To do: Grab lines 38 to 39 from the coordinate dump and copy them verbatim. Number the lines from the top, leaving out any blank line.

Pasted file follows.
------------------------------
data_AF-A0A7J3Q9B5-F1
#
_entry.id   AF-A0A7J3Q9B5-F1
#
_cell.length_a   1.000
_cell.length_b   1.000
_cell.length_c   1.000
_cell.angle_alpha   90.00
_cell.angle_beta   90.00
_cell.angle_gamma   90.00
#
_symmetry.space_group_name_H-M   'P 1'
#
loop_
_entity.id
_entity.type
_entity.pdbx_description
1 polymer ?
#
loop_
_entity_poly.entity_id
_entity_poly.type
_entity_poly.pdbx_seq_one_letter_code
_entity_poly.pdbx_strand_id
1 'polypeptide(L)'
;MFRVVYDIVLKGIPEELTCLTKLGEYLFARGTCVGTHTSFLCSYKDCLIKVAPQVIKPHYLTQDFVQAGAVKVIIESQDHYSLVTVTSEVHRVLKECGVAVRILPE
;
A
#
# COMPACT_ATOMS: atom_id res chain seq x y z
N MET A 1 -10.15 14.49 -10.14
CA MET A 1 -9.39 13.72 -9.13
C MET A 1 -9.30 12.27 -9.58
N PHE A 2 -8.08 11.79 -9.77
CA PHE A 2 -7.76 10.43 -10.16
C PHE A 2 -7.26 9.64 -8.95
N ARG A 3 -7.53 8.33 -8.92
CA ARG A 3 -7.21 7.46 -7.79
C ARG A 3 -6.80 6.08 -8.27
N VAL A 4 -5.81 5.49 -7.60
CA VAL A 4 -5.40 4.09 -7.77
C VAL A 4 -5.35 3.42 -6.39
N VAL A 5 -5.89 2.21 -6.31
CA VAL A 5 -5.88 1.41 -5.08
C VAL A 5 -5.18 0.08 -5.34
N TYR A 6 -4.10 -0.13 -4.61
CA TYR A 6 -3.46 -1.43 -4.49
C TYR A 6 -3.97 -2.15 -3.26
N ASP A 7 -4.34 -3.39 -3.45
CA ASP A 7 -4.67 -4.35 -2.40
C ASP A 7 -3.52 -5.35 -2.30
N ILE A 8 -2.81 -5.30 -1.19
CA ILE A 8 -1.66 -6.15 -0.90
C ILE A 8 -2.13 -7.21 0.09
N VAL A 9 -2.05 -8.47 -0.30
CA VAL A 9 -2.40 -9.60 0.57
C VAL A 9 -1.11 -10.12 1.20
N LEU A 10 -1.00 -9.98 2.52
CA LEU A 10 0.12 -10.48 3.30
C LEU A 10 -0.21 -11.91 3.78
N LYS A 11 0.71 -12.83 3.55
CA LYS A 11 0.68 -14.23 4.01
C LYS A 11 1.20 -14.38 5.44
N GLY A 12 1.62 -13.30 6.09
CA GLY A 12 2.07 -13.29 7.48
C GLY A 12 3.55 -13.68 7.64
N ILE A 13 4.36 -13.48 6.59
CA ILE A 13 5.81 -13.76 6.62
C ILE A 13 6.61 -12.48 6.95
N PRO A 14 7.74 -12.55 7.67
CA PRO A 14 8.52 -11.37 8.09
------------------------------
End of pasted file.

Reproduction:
CA ARG A 3 -7.21 7.46 -7.79
C ARG A 3 -6.80 6.08 -8.27